— Name withheld by request

“First quarter revenues were down slightly, 5%. The remainder of year is a mystery. Thus far, buyers are still out there, but availability of equipment from manufacturers is a question still to be answered.”

— Gordon Earhart, CEO, Earhart Equipment Corp., Tucson, Ariz.

“Approximately 60% of our 2020 wholegoods sales would have been made prior to the warnings of COVID-19 becoming the current hot issue. First quarter parts sales were up 27% this year over last and service work has increased 14%. I would give credit to an 11% increase in the number of technicians we have and last year the Missouri River bottom was flooded. This year the flood plains have been planted and there is currently extensive construction work on the levees, which will take years. Going into the year, my estimates were for a 10% increase in wholegoods sales and a 15% increase in aftermarket. Currently, I am expecting a 10% decrease in wholegoods and a 5-10% increase in aftermarket.” 

— Larry Roeder, CEO, Hiawatha Implement Co., Hiawatha, Kan.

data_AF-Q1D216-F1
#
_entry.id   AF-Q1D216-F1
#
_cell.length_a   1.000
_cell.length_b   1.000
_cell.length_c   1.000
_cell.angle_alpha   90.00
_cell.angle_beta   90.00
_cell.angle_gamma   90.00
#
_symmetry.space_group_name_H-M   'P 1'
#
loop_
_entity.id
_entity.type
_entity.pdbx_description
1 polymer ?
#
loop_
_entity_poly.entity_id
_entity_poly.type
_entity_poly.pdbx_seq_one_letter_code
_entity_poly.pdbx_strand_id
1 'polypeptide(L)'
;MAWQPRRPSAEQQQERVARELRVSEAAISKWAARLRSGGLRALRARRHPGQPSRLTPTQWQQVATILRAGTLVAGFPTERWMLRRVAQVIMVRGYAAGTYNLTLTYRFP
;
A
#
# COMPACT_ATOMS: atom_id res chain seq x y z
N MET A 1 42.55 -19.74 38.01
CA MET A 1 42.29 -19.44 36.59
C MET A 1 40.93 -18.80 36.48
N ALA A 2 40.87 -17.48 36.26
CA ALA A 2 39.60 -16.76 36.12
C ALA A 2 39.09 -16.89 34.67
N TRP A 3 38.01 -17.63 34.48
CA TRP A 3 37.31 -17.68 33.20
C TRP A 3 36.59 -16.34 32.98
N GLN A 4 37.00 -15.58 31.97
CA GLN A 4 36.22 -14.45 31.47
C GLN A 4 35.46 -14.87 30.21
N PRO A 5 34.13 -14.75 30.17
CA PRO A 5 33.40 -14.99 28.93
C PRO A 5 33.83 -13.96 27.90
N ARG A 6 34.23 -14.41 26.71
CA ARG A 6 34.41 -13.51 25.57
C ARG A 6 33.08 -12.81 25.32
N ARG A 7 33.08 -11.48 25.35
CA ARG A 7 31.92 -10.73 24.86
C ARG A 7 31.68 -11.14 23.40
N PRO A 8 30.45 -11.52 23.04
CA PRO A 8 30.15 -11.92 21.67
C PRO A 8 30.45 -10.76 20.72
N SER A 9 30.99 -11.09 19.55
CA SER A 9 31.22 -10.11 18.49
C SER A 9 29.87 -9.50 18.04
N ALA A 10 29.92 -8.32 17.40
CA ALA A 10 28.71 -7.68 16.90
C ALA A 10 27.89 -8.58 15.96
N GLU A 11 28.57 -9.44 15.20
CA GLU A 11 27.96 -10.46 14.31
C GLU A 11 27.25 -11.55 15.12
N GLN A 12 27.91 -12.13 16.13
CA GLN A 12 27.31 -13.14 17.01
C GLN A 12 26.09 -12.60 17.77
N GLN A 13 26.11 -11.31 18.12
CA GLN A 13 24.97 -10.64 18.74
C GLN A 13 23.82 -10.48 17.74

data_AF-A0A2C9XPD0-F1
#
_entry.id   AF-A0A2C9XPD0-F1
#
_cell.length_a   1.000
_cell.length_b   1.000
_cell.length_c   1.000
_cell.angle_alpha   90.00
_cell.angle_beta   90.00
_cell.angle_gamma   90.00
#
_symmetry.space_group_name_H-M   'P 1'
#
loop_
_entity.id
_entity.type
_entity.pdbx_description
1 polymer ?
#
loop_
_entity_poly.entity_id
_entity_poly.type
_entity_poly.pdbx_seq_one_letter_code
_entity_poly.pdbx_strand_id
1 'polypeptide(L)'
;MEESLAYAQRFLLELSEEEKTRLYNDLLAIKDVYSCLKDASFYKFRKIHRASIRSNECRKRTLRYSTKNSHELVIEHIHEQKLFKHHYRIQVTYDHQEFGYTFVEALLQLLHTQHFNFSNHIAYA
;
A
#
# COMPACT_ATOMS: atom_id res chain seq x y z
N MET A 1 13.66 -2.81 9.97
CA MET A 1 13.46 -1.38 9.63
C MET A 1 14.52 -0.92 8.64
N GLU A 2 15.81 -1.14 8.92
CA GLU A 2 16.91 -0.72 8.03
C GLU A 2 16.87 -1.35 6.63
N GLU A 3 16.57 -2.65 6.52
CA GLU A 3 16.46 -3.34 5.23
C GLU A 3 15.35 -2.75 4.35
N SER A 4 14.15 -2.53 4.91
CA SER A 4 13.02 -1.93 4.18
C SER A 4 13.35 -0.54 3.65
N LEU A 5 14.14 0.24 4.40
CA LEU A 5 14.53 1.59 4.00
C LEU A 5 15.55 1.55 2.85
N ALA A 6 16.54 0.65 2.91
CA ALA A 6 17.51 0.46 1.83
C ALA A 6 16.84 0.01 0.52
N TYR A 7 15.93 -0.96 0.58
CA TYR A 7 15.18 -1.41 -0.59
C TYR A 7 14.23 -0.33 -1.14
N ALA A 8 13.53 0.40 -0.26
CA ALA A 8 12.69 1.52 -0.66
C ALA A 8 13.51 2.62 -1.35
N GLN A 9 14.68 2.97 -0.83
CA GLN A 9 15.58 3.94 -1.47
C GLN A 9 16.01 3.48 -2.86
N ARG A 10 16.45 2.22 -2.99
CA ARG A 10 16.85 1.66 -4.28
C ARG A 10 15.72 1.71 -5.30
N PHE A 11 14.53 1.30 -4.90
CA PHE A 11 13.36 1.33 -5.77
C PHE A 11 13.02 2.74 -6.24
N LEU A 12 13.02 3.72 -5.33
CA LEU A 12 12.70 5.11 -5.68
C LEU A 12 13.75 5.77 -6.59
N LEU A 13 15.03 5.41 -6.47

“We will be down. We are about 20% off already and if the businesses stay closed it will get much worse.”

— Duane Nolden, Owner, Middleton Power Center, Middleton, Wis.

“Our under 100 horsepower tractor and lawn mower retails are up over 20% through the first 4 months of the year. We’re finding that many folks are holding off on needed purchases until after the pressures with the virus subside. However, a much larger group of people have told us, ‘If we’re going to be stuck at home, then our yard is going to look great!’ We’re having trouble getting restocked on Massey Ferguson tractors 50 horsepower and below because neighboring dealers are having similar runs. This is true for our Tifton, Ga., Dothan, Ala.. and Goldsboro, N.C., locations.” — Benjamin Land, General Manager of Ag Sales, Atlantic & Southern Equipment, Lake City, Ga.